The New Patriotic Party (NPP), Member of Parliament (MP) for Assin South, John Ntim Fordjour has allayed fears of Ghanaians over the possible regulation of churches in the country.
He says government has no intention to pass such a law, citing other priority and focused areas of the NPP as reasons.
Some Members of Parliament (MPs) are requesting for a law to be enacted to regulate activities of churches solely owned and run by individuals and self-professed pastors termed as “one-man churches” who are engaging in all sorts of illegalities.
Speaking on Citi TV on Saturday, the Assin South MP vowed to personally resist any attempts to have such a legislation passed insisting that the Nana Akufo-Addo government will in no way superintend over such a move.
“I do not think that the state at this stage– the priority must be to regulate or legislate churches– I think we have much bigger priorities to deal with, so far as legislation is concerned. If we fail to call as stakeholders to ensure the enforcement of these laws and now we want to legislate it, then we are not going anywhere with this. So far as I am concerned, the NPP government does not have the position to legislate churches. It is not a government position. The party has no intentions for plans to ever regulate religion.”
“I will be, if not the strongest, one of the strongest advocates, who will resist any attempt to interfere in matters of religion. If there is any attempt tomorrow to regulate how many times my good friends — the Muslims must pray or the number of times they go to the mosque — the same advocacy and principle with which I am applying now will be the same that I will use to defend them,” he added.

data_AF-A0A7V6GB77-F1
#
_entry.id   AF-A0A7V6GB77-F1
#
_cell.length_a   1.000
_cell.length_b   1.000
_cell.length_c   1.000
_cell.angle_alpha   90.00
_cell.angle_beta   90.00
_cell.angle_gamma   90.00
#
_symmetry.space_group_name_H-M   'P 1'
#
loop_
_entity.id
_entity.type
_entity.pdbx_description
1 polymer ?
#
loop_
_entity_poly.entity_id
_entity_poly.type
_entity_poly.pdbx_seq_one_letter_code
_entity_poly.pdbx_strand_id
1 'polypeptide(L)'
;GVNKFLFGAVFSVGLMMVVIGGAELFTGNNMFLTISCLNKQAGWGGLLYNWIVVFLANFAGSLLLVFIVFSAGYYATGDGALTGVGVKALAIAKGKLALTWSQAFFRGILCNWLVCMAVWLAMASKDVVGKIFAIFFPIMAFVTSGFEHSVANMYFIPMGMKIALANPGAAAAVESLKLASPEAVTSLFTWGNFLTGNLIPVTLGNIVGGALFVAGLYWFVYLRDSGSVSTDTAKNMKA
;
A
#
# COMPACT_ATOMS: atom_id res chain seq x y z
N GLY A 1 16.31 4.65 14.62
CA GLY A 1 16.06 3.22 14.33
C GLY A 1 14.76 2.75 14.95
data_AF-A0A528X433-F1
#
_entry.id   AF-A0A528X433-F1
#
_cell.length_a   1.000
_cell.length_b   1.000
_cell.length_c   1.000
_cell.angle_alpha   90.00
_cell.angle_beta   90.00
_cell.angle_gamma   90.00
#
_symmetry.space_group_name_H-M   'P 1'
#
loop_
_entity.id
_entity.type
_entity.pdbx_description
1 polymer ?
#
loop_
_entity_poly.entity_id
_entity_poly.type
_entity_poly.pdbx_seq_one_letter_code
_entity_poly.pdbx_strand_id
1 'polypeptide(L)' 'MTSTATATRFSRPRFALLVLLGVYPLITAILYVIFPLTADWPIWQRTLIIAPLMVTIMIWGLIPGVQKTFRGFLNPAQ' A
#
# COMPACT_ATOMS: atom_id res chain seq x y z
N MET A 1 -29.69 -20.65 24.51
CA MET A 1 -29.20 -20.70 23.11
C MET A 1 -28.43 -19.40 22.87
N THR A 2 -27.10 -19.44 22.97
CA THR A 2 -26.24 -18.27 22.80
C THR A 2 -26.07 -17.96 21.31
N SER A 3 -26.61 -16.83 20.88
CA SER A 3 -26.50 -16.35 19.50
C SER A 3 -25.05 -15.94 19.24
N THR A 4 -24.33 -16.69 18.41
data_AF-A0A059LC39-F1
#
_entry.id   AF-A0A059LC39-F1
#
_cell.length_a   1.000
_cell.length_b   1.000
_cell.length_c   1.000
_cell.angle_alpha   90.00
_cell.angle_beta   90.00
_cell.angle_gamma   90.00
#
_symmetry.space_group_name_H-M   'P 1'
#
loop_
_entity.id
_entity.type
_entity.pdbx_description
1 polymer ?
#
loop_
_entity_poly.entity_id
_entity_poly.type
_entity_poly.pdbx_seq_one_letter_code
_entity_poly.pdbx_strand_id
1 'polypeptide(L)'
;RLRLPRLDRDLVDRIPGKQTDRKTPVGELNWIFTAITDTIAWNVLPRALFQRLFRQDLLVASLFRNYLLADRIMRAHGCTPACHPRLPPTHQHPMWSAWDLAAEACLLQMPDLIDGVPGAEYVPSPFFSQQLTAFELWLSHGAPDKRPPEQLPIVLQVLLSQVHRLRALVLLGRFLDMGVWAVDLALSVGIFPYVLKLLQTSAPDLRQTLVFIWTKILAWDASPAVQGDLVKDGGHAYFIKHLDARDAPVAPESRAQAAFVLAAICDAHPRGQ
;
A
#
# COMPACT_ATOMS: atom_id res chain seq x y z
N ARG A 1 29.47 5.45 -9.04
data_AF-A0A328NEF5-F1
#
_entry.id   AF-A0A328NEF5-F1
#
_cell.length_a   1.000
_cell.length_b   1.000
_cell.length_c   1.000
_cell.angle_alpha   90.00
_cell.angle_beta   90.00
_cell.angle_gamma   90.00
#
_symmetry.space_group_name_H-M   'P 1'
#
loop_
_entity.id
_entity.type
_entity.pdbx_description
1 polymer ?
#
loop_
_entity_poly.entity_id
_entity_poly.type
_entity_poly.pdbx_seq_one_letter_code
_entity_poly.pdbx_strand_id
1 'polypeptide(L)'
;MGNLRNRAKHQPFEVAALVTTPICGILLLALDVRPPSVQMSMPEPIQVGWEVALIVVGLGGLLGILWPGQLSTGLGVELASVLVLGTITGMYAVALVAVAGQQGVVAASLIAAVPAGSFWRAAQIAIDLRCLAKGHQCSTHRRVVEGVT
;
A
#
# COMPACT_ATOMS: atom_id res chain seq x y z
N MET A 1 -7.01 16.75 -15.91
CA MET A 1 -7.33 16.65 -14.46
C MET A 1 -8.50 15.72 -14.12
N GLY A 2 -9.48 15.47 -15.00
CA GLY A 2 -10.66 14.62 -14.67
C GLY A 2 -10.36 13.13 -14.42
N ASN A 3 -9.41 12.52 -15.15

The legislators argued that there is a need for Parliament to critically investigate the activities of these churches and pastors to protect Ghanaians from exploitation.
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The MPs said churches and pastors have been engaging in all manner of unacceptable practices in the country.
They added that a certain level of regulation is required to prevent these churches and pastors from engaging in abuse, indoctrination and other activities that are not in line sound Christian teaching.
Speaker gives Joint C’ttee one month to assess feasibility of regulating churches
Meanwhile, the Speaker of Parliament, Prof. Mike Oquaye, has given a joint committee of Parliament a one-month deadline to develop recommendations on the possible regulation of churches in the country.
The Committees tasked with this responsibility are the Youth, Sports and Culture Committee, and the Constitutional, Legal and Parliamentary Affairs Committee.
The referral follows Wednesday’s debate on the Floor where some MPs called for the state to regulate the activities of one-man churches due to the many excesses associated with their activities.